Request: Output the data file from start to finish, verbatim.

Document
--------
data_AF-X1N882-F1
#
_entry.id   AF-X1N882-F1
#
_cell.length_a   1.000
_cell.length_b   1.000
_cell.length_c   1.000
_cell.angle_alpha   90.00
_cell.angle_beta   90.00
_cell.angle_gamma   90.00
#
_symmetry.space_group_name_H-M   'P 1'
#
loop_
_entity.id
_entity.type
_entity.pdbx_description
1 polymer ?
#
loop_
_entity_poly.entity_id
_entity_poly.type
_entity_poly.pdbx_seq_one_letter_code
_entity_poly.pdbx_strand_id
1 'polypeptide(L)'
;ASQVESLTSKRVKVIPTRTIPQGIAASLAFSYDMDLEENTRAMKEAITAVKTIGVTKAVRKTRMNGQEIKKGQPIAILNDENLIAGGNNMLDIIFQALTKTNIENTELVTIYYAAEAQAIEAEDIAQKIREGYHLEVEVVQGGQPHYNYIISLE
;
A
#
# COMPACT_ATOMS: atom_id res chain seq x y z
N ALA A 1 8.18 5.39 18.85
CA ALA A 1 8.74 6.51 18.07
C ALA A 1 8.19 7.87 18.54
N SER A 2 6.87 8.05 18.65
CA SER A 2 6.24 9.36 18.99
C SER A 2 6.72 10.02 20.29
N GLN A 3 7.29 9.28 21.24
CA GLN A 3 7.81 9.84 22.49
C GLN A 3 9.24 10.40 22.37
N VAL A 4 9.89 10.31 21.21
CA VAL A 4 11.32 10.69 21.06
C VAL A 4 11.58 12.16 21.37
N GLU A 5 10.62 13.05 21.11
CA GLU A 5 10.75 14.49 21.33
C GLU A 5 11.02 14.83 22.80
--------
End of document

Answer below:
data_AF-X1N882-F1
#
_entry.id   AF-X1N882-F1
#
_cell.length_a   1.000
_cell.length_b   1.000
_cell.length_c   1.000
_cell.angle_alpha   90.00
_cell.angle_beta   90.00
_cell.angle_gamma   90.00
#
_symmetry.space_group_name_H-M   'P 1'
#
loop_
_entity.id
_entity.type
_entity.pdbx_description
1 polymer ?
#
loop_
_entity_poly.entity_id
_entity_poly.type
_entity_poly.pdbx_seq_one_letter_code
_entity_poly.pdbx_strand_id
1 'polypeptide(L)'
;ASQVESLTSKRVKVIPTRTIPQGIAASLAFSYDMDLEENTRAMKEAITAVKTIGVTKAVRKTRMNGQEIKKGQPIAILNDENLIAGGNNMLDIIFQALTKTNIENTELVTIYYAAEAQAIEAEDIAQKIREGYHLEVEVVQGGQPHYNYIISLE
;
A
#
# COMPACT_ATOMS: atom_id res chain seq x y z
N ALA A 1 8.18 5.39 18.85
CA ALA A 1 8.74 6.51 18.07
C ALA A 1 8.19 7.87 18.54
N SER A 2 6.87 8.05 18.65
CA SER A 2 6.24 9.36 18.99
C SER A 2 6.72 10.02 20.29
N GLN A 3 7.29 9.28 21.24
CA GLN A 3 7.81 9.84 22.49
C GLN A 3 9.24 10.40 22.37
N VAL A 4 9.89 10.31 21.21
CA VAL A 4 11.32 10.69 21.06
C VAL A 4 11.58 12.16 21.37
N GLU A 5 10.62 13.05 21.11
CA GLU A 5 10.75 14.49 21.33
C GLU A 5 11.02 14.83 22.80